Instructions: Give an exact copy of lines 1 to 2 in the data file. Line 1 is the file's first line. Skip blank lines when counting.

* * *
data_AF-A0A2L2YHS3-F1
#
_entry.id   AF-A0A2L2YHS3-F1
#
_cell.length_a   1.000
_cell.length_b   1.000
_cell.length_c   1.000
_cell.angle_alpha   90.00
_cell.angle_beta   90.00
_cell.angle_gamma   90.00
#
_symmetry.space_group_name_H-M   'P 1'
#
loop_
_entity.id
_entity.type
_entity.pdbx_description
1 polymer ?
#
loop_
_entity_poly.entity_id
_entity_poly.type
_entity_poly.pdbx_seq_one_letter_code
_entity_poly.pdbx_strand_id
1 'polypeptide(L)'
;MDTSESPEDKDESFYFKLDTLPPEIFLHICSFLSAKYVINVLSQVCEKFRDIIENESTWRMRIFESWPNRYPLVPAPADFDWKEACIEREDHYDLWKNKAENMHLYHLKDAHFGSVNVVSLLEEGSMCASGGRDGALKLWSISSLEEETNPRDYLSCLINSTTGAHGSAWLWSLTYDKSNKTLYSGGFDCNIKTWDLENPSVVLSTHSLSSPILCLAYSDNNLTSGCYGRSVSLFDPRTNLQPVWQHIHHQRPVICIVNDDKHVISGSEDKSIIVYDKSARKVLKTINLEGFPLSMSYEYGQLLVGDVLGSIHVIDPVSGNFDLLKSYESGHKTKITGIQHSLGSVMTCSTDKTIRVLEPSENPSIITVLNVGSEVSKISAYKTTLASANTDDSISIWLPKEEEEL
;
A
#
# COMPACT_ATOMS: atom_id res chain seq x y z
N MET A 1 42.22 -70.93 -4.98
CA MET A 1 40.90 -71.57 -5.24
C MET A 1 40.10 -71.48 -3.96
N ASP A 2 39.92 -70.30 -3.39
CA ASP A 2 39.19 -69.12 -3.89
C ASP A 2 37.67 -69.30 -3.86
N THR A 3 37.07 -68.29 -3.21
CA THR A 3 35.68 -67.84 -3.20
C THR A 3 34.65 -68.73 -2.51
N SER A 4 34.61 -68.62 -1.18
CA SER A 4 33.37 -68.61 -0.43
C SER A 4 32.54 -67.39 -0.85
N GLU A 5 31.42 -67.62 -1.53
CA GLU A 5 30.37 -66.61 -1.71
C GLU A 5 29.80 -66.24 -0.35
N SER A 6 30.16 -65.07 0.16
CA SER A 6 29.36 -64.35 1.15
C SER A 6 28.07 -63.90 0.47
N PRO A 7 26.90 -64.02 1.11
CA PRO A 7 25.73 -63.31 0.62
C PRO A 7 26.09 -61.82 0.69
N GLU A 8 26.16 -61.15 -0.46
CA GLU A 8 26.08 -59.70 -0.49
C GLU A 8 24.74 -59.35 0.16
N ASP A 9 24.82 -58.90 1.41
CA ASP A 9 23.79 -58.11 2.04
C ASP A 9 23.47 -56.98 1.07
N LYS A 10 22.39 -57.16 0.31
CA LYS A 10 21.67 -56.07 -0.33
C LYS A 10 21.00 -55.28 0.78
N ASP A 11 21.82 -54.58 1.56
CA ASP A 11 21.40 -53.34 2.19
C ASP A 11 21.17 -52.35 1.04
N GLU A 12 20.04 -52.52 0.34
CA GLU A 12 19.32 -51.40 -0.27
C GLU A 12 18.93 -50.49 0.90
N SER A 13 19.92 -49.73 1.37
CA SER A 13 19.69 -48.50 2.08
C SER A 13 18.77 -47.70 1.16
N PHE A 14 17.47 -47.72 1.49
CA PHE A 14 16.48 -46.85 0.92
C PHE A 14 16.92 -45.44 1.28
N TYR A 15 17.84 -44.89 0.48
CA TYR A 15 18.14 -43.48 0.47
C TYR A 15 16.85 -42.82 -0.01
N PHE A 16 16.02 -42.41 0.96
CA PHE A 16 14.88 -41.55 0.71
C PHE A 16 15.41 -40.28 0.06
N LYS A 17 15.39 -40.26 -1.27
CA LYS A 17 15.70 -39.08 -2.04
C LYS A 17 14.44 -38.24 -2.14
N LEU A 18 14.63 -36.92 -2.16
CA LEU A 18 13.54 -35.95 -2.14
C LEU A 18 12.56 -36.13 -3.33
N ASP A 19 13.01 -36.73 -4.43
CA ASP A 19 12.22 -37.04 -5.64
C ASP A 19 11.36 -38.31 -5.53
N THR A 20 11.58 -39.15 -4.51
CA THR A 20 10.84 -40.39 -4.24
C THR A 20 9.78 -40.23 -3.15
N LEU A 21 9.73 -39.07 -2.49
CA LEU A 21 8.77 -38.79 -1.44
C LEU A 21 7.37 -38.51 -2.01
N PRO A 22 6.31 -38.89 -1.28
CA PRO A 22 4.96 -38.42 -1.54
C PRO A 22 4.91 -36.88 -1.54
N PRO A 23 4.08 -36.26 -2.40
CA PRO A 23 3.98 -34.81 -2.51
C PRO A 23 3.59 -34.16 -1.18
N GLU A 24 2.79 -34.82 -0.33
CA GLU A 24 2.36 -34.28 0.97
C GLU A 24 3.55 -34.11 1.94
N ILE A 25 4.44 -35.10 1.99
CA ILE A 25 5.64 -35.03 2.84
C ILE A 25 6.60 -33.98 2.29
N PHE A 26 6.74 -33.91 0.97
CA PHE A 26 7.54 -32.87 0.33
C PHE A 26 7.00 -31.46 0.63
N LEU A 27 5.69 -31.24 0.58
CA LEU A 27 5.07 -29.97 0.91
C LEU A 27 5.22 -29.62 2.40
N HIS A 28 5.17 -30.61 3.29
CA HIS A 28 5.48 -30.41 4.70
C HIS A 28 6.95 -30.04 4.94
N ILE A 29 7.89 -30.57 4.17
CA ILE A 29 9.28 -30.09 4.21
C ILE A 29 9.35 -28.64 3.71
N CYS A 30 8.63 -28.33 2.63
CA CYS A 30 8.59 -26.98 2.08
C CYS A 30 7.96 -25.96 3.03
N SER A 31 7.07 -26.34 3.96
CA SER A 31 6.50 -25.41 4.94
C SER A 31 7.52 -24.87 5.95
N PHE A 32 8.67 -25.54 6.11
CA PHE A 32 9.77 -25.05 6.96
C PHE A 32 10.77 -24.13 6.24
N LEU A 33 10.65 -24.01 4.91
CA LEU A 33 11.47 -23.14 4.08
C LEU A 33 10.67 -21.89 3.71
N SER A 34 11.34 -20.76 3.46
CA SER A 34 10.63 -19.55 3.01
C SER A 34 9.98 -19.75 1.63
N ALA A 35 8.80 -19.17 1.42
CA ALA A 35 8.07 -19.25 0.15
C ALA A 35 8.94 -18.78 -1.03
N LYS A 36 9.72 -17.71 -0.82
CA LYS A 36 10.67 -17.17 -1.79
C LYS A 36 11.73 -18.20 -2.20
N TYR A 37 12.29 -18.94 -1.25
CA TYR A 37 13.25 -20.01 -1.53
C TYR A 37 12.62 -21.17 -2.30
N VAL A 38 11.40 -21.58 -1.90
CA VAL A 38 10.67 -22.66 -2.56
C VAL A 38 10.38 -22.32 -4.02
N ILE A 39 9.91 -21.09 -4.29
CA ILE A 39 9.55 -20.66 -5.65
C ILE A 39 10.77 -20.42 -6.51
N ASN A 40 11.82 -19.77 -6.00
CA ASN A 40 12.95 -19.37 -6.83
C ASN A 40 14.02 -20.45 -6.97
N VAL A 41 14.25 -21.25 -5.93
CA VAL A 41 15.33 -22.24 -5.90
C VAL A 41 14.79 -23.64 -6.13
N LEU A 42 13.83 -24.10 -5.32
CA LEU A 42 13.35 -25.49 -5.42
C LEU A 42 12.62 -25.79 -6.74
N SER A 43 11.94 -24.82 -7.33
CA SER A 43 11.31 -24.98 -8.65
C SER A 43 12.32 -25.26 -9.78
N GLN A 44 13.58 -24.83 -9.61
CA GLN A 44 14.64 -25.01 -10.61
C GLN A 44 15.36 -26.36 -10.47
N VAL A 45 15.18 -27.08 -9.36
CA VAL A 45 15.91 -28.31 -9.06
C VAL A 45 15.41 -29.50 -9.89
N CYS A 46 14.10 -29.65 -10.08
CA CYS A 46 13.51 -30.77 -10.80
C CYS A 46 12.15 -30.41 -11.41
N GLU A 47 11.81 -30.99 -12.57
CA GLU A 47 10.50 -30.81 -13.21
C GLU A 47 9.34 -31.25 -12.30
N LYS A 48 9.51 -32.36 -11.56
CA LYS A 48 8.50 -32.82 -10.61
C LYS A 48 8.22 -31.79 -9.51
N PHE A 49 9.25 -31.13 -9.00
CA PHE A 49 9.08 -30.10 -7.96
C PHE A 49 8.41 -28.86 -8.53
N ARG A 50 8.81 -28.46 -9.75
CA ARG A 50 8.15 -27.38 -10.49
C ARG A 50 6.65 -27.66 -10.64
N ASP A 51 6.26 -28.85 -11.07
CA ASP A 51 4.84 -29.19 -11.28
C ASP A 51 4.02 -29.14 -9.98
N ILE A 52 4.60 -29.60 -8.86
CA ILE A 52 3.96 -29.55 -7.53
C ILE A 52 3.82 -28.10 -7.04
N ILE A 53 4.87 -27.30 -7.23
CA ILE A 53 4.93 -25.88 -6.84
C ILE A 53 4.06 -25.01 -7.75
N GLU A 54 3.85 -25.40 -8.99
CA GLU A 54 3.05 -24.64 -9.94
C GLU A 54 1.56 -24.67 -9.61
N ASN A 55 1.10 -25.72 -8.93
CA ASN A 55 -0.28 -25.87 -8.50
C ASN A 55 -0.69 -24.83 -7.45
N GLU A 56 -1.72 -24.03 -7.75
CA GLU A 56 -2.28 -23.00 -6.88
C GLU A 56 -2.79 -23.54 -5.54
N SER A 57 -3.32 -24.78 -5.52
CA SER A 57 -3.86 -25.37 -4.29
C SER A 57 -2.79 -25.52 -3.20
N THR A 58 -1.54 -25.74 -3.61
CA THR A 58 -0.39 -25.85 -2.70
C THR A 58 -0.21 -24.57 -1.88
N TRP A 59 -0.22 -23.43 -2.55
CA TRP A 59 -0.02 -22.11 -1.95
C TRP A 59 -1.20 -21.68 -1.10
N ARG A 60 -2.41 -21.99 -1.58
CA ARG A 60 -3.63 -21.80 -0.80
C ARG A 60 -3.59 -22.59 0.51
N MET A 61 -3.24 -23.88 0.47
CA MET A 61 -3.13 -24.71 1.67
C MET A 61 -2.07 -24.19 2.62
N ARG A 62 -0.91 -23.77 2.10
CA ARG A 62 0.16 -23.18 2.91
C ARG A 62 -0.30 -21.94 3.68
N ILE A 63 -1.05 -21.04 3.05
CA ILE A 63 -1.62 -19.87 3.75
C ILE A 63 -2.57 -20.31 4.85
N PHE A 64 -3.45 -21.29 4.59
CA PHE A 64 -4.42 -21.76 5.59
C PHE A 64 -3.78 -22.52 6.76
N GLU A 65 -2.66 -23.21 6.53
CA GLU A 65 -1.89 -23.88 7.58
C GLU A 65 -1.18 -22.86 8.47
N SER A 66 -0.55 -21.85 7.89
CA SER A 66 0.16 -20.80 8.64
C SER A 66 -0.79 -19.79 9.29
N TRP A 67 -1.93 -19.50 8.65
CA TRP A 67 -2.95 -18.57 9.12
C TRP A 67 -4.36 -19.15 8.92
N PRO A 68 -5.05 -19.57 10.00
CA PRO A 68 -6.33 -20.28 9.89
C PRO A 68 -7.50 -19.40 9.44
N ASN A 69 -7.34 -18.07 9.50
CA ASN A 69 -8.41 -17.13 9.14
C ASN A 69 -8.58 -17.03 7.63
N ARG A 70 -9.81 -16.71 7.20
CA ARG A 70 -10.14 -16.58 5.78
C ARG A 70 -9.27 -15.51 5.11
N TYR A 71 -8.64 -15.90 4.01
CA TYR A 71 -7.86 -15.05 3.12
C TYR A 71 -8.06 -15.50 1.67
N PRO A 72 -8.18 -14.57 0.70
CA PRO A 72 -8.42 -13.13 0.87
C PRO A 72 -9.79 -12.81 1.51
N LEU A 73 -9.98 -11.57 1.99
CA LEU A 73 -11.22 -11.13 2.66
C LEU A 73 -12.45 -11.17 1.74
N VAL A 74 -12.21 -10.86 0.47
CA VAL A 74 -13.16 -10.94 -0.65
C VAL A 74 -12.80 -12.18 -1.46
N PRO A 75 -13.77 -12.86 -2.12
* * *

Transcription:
data_AF-A0A2L2YHS3-F1
#